When you are creating your estate plan – something every adult should do – you will find that there are many different tools and documents at your disposal. One estate-planning document that has been gaining in popularity is a trust. This legal instrument is something in which you may place property and assets so they can be easily managed in one place, before and after your death, by the trustee.
The key individuals involved in a trust are the truster, trustee, and beneficiaries. The trustor is the one who initiates the trust, the trustee is the named personal representative who executes the trust according to the instructions, and beneficiaries are those who receive property and assets that were placed in the trust. In this blog, we will go over some common types of trusts that are used in Alabama.
- Living Trust: This type is created and entered into while you, the trustor, are still alive and have capacity. While you are alive, you still exert control over a living trust and its contents.
- Testamentary Trust: Testamentary trusts go into effect when the trustor passes away. Trustors use this to specify that beneficiaries should not gain access to the property and assets placed in the blog until the trustor’s death.
- Special Needs Trust: This type of trust is used to ensure that beneficiaries with special needs receive the assets and property you intend for them to receive, as well as to help secure public assistance.
- Land Trust: Not to be confused with conservation land trusts, real estate land trusts are used for landowners to place their real property in. In addition to avoiding probate, land trusts also allow individuals to retain some anonymity as landowners.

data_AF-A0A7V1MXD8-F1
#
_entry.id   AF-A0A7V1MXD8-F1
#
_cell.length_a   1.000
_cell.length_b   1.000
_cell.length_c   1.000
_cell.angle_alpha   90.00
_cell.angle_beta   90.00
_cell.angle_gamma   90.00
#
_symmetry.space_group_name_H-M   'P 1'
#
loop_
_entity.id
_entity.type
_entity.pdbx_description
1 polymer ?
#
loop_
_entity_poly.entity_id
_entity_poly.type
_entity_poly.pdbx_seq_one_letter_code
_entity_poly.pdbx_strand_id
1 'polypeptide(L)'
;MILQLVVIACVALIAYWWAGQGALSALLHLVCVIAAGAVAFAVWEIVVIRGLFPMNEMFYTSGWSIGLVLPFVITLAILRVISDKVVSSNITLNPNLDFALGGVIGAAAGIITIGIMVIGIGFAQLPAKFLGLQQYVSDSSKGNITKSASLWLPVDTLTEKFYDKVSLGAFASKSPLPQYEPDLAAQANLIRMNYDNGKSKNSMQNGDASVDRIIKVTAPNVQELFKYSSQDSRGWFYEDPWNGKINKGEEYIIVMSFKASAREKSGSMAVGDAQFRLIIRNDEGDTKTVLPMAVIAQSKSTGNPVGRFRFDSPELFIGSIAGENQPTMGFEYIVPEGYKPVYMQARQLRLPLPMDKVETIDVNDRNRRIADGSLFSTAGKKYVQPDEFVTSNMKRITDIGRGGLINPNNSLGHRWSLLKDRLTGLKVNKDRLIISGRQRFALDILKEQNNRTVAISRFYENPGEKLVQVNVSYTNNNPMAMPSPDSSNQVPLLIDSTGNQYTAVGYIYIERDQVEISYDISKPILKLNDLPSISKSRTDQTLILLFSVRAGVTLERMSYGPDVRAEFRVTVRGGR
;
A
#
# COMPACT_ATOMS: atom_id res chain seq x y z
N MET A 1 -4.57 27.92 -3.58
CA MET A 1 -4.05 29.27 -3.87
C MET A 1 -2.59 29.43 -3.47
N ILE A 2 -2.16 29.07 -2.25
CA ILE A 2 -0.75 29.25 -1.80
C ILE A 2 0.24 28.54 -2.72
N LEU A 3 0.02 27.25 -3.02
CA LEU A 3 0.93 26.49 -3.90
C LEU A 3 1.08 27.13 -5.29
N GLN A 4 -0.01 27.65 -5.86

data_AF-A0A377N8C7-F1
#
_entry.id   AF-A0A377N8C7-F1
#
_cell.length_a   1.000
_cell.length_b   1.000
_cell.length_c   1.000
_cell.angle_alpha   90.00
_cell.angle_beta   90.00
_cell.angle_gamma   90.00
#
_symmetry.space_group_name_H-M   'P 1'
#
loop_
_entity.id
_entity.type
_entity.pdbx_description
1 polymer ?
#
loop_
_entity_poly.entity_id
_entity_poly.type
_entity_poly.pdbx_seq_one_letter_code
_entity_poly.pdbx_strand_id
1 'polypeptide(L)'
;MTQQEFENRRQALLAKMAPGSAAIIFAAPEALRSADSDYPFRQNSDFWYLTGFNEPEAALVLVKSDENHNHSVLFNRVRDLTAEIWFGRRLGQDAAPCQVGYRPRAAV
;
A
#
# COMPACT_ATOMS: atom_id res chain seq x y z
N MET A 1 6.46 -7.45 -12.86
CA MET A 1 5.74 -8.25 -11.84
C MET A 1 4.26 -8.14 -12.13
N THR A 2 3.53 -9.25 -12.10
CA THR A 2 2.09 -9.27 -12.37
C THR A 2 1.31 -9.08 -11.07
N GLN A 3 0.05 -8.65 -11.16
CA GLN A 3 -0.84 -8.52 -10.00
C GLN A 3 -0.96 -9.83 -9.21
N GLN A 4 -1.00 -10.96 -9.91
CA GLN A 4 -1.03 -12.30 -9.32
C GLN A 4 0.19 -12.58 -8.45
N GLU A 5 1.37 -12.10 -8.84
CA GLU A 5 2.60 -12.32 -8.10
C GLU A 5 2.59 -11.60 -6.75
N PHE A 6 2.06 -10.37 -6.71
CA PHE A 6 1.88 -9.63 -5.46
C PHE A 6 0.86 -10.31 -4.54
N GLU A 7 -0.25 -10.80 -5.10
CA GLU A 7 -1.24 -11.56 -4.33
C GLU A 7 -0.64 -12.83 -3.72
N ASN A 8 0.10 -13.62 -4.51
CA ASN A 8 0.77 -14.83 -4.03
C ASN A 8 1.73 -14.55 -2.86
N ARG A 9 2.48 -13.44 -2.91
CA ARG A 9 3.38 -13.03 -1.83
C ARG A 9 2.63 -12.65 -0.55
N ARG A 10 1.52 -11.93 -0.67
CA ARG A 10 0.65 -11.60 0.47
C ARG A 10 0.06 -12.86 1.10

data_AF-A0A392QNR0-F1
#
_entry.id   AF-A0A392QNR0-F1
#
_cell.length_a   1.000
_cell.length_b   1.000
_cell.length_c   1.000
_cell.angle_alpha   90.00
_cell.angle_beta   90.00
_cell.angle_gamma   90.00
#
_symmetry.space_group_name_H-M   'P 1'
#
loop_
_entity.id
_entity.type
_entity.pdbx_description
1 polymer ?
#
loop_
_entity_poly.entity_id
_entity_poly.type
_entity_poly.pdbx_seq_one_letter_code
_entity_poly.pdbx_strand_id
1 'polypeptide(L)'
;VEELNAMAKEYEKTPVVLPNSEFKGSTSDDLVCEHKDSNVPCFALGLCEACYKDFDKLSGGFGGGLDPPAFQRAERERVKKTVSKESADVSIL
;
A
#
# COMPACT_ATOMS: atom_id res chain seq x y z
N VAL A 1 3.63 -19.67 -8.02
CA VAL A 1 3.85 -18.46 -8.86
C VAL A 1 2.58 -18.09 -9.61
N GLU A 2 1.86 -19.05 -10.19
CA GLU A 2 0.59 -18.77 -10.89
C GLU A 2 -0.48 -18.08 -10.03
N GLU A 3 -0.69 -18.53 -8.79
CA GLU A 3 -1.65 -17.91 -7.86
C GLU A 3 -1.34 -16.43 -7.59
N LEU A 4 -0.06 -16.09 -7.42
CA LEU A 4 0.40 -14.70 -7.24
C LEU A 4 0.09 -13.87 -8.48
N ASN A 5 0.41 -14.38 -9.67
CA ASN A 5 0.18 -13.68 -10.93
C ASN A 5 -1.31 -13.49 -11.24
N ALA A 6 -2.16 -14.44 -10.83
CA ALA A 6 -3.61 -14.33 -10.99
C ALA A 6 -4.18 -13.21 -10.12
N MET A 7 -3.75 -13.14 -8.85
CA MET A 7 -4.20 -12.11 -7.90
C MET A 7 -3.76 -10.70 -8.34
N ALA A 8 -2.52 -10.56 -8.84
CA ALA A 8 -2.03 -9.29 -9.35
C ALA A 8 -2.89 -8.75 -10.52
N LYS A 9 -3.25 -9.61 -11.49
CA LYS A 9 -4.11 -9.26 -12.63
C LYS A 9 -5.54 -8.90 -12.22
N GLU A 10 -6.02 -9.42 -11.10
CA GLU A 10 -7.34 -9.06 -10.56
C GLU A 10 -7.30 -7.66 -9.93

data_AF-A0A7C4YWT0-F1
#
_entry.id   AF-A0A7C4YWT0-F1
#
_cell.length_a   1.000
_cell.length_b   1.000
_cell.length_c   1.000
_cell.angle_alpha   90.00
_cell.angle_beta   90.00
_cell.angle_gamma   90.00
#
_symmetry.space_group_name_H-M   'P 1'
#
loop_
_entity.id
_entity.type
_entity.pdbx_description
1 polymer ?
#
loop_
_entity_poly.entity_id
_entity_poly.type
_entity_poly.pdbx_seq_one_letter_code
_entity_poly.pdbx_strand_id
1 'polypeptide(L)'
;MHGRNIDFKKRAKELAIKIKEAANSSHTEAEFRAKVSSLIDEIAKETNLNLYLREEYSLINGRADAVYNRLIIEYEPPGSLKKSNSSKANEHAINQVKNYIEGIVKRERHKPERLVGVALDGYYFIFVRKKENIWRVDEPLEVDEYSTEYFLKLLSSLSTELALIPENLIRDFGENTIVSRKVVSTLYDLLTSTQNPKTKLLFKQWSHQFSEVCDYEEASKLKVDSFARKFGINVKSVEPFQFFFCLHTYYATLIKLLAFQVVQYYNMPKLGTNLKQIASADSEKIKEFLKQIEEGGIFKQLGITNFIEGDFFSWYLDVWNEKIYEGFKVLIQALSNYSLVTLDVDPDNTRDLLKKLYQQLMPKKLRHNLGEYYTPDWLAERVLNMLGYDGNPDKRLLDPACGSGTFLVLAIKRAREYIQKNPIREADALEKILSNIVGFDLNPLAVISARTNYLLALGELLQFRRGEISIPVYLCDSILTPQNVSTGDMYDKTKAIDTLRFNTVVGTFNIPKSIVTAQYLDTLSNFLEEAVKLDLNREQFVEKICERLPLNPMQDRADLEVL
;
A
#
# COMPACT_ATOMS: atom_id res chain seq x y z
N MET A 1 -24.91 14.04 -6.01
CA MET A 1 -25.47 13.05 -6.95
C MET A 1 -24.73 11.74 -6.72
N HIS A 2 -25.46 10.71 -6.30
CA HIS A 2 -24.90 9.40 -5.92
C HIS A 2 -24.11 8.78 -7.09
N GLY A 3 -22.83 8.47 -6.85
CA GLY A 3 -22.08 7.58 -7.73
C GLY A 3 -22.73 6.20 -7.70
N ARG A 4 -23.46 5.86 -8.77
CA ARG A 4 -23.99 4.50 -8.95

Revocable vs. Irrevocable Trusts
Many trusts are classified as either revocable or irrevocable. Revocable trusts allow you to continue controlling the property and assets in the trust; this type may also be altered as your financial situation changes. On the other hand, irrevocable trusts are final and take away your control of the property and assets you place in there.
Benefits of Trusts vs. Other Estate-Planning Documents
One of the main selling points of a trust is that, unlike Wills, they allow beneficiaries and loved ones of the decedent to avoid probate court. If a decedent did not leave any estate plan, the survivors usually must spend a considerable amount of time in the court system settling the estate. Even Wills must pass through probate to some degree. This avoidance of probate is likely to accelerate distribution of inheritances and other benefits to your loved ones. Additionally, trusts are often used to reduce certain tax burdens.
Ready to Start Planning Your Estate?
This blog named just a few of the many types of trusts that you may use in creating an estate plan. Many DIY online services claim to make estate planning easy and simple, but there are countless pitfalls to using these services. The best way to make sure your estate plan achieves your goals is to speak with a qualified estate-planning attorney like Tanika L. Finney. Please reach out to our firm today through our website or call us at 334-203-7164 to get started!